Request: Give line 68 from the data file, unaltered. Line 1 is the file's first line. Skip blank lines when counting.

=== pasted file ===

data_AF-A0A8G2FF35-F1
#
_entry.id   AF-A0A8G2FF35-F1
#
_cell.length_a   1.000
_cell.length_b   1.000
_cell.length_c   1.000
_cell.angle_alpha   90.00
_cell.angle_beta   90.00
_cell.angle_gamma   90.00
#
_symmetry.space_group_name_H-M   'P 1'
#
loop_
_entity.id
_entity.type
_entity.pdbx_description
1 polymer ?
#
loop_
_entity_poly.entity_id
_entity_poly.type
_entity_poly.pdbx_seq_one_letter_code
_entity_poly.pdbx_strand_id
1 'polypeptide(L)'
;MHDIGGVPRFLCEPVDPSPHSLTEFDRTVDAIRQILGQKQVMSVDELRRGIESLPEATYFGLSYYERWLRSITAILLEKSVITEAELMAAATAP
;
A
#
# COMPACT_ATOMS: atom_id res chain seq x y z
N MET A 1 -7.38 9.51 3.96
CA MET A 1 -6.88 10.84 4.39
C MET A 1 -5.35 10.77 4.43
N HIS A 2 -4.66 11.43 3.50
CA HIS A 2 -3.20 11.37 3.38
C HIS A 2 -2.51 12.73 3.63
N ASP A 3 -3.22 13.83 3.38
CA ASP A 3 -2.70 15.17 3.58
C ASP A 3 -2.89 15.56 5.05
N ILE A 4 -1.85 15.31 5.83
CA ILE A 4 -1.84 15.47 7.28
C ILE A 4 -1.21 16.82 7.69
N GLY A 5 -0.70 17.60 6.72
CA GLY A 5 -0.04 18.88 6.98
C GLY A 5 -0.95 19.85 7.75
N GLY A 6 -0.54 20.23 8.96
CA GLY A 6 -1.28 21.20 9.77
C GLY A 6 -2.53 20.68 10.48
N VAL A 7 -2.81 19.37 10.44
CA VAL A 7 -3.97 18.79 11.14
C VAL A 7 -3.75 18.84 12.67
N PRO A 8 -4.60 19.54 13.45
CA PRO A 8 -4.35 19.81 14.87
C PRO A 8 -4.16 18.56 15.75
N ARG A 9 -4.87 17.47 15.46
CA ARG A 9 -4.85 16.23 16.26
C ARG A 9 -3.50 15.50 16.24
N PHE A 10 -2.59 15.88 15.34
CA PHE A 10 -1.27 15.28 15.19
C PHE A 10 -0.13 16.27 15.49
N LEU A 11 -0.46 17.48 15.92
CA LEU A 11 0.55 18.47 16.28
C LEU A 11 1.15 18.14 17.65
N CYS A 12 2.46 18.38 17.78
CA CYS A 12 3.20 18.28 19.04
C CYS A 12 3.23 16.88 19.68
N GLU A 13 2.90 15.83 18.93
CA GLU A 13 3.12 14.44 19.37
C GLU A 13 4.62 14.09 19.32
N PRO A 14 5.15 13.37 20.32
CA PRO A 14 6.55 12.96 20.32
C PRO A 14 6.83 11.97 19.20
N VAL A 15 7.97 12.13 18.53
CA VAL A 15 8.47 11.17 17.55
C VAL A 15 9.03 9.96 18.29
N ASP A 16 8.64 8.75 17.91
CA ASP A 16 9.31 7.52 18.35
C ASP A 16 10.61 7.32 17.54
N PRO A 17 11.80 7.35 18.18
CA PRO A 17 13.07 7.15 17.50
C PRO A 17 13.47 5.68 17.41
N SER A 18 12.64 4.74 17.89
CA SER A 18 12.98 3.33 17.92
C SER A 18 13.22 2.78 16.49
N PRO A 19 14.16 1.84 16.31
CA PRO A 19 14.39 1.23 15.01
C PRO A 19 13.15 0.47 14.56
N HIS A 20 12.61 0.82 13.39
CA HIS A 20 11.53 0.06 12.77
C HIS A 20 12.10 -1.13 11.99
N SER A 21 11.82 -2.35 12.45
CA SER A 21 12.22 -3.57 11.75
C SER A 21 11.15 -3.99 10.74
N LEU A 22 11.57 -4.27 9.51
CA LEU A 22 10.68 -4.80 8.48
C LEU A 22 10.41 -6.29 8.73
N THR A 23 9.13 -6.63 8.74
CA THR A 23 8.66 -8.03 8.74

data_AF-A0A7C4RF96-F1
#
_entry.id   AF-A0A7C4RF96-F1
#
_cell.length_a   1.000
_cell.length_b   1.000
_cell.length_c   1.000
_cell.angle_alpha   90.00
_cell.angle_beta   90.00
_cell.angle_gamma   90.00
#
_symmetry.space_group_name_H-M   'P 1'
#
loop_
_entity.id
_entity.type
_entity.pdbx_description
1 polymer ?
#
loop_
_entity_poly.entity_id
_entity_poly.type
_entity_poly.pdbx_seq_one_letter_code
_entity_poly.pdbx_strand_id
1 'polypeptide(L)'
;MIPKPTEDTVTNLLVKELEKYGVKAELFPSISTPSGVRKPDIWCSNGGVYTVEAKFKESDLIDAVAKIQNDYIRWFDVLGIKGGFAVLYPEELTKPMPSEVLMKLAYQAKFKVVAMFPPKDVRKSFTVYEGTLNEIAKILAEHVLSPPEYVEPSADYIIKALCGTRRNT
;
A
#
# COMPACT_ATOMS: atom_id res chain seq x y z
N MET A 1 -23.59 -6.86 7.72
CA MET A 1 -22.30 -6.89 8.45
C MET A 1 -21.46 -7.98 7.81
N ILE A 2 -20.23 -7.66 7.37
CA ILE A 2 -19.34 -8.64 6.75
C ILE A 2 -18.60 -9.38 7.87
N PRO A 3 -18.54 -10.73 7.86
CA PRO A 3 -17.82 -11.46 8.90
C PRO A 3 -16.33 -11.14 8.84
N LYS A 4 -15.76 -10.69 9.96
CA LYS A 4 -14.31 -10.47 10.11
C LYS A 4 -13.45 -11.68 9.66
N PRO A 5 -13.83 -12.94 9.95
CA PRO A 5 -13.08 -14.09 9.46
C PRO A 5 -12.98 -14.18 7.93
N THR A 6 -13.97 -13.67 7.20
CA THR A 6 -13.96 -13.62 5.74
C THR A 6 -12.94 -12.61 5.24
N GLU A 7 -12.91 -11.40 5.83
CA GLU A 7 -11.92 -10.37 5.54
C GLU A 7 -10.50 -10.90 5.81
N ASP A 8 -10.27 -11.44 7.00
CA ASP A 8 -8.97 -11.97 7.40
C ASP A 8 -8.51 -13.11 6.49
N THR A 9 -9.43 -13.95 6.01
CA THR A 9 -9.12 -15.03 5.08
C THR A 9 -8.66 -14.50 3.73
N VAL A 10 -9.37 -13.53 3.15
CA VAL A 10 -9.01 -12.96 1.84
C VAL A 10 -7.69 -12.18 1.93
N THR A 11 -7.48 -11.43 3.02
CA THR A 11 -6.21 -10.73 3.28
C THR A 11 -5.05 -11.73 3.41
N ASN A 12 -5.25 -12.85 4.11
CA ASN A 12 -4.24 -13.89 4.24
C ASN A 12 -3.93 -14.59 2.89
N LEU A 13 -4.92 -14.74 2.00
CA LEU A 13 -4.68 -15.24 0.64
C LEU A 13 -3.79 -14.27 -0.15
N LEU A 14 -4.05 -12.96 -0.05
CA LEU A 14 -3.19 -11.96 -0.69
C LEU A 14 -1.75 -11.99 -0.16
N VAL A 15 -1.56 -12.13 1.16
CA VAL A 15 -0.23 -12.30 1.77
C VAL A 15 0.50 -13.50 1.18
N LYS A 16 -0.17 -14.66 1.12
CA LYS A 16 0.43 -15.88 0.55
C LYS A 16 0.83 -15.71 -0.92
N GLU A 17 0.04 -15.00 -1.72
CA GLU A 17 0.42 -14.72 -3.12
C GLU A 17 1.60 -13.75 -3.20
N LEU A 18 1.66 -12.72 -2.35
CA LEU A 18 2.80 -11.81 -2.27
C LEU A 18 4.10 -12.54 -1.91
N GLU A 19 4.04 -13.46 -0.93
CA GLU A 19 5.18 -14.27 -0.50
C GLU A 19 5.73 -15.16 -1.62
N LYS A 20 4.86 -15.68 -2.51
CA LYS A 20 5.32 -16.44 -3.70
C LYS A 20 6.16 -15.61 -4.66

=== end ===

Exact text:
CA GLU A 13 3.12 14.44 19.37